Record Display for the EPA National Library Catalog


Main Title The role of solid-gas interactions in air pollution /
Author Siegel, S. ; Judeikis, H. S. ; Badcock., C. C.
Other Authors
Author Title of a Work
Judeikis, Henry S.
Badcock, C. C.
CORP Author Aerospace Corp., El Segundo, Calif.;Environmental Protection Agency, Washington, D.C. Office of Research and Development.
Publisher U.S. Environmental Protection Agency Chemistry and Physics Laboratory,
Year Published 1974
Report Number EPA 650/3-74/007; ATR-75(7441)-1; EPA-801340; EPA-ROAP-21AJX
Stock Number PB-244 413
OCLC Number 37210258
Subjects Air--Pollution. ; Aerosols. ; Chemical reactions. ; Catalysis.
Additional Subjects Air pollution ; Atmospheric chemistry ; Aerosols ; Particles ; Catalysis ; Nitrogen dioxide ; Nitrogen oxide(NO) ; Ozone ; Carbon monoxide ; Decomposition reactions ; Soil chemistry ; Surface chemistry ; Gas surface interactions
Internet Access
Description Access URL
Library Call Number Additional Info Location Last
EJBD ARCHIVE EPA 650-3-74-007 Headquarters Library/Washington,DC 12/27/2011
EJBD  EPA 650-3-74-007 c.1 Headquarters Library/Washington,DC 05/17/2013
EKBD  EPA-650/3-74/007 Research Triangle Park Library/RTP, NC 02/07/2011
ELBD RPS EPA 650-3-74-007 repository copy AWBERC Library/Cincinnati,OH 11/17/2014
NTIS  PB-244 413 Some EPA libraries have a fiche copy filed under the call number shown. 07/26/2022
Collation viii, 79 p. : ill., tables ; 27 cm.
This study was undertaken to evaluate the potential importance of gas-solid interactions in polluted atmospheres. Model calculations that employed collision theory, transition state theory, and data from the catalysis literature were used to determine the conditions under which the heterogeneous processes could compete with homogeneous gas phase reactions known to be important. Laboratory experiments were conducted with simulated atmospheres to determine whether or not the theoretically derived criteria could be met under ambient conditions. Among the gases studied were NO2, NO, O3, CO. The selection of the solids used in these studies was based on their abundance in polluted atmospheres, as well as on their known catalytic activity. Evaluation of the experimental results leads us to conclude that heterogeneous decomposition of NO2 and O3, as well as heterogeneous oxidation of CO, can be important atmospheric processes. Results from experiments conducted in the presence of moisture indicate that water does not poison catalytic activity. It was found that heterogeneous processes that involve NO are not likely to compete with gas phase reactions.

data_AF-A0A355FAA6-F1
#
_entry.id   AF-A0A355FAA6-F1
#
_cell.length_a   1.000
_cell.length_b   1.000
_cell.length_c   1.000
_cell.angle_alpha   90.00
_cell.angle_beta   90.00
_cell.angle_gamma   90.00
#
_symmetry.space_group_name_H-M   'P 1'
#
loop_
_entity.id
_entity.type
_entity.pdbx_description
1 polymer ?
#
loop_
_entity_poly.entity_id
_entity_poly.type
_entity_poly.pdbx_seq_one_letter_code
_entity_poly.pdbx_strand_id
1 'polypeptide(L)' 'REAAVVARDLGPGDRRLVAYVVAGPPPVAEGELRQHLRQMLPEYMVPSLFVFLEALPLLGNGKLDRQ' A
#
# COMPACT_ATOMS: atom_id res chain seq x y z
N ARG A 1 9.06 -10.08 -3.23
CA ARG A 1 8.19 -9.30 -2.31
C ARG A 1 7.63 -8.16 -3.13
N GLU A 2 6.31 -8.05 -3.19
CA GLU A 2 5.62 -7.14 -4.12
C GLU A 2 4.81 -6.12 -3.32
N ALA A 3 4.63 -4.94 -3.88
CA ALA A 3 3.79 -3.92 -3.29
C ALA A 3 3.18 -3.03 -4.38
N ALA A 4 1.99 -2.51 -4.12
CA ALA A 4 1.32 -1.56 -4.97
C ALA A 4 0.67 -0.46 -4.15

"EPA-650/3-74-007. "This report was submitted in fulfillment of Project No. 21AJX-03, Grant No. R801340, by The Aerospace Corporation, under the sponsorship of the Environmental Protection Agency."--P. iii.